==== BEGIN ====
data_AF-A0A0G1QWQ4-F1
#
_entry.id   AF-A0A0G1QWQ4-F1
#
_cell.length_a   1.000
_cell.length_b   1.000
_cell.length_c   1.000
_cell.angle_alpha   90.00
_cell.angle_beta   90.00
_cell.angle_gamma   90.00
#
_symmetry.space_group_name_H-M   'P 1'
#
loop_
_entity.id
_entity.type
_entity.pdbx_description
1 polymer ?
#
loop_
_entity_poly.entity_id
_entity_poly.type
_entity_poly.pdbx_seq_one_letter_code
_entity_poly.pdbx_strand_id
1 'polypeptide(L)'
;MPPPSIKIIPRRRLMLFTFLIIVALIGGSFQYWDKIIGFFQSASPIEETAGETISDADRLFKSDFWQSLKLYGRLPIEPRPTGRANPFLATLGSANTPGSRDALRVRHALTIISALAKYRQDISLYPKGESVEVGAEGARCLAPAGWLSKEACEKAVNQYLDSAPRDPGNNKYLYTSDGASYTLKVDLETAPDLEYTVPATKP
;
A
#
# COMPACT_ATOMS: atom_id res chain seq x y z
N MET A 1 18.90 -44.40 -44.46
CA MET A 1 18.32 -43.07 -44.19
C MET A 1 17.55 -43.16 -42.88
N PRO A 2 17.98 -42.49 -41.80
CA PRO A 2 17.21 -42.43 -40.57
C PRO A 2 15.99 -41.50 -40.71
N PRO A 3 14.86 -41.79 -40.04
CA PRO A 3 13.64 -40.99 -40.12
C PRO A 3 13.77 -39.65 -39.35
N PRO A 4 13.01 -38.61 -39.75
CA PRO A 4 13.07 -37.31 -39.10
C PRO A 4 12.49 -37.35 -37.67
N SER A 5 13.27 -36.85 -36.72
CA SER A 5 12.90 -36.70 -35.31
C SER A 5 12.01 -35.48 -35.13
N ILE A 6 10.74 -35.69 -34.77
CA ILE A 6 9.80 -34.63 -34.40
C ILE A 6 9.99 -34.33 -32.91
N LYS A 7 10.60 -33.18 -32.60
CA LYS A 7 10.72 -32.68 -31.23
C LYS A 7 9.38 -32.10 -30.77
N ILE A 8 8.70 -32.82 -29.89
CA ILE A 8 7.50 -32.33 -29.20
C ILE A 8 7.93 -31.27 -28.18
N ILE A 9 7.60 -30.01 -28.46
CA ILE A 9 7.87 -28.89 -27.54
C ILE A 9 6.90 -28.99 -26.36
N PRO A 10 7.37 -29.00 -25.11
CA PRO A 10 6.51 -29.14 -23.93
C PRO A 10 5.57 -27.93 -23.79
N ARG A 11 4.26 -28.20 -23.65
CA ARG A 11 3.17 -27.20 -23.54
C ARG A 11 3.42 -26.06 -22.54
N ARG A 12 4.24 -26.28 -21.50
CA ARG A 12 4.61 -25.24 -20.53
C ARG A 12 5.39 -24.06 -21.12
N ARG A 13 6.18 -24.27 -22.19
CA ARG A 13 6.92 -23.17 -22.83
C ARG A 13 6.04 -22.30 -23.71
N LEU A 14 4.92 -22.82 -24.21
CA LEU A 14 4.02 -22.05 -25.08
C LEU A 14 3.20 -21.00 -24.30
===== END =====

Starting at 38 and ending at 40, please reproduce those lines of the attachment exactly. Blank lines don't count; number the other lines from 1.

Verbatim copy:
CA PRO A 3 13.64 -40.99 -40.12
C PRO A 3 13.77 -39.65 -39.35
N PRO A 4 13.01 -38.61 -39.75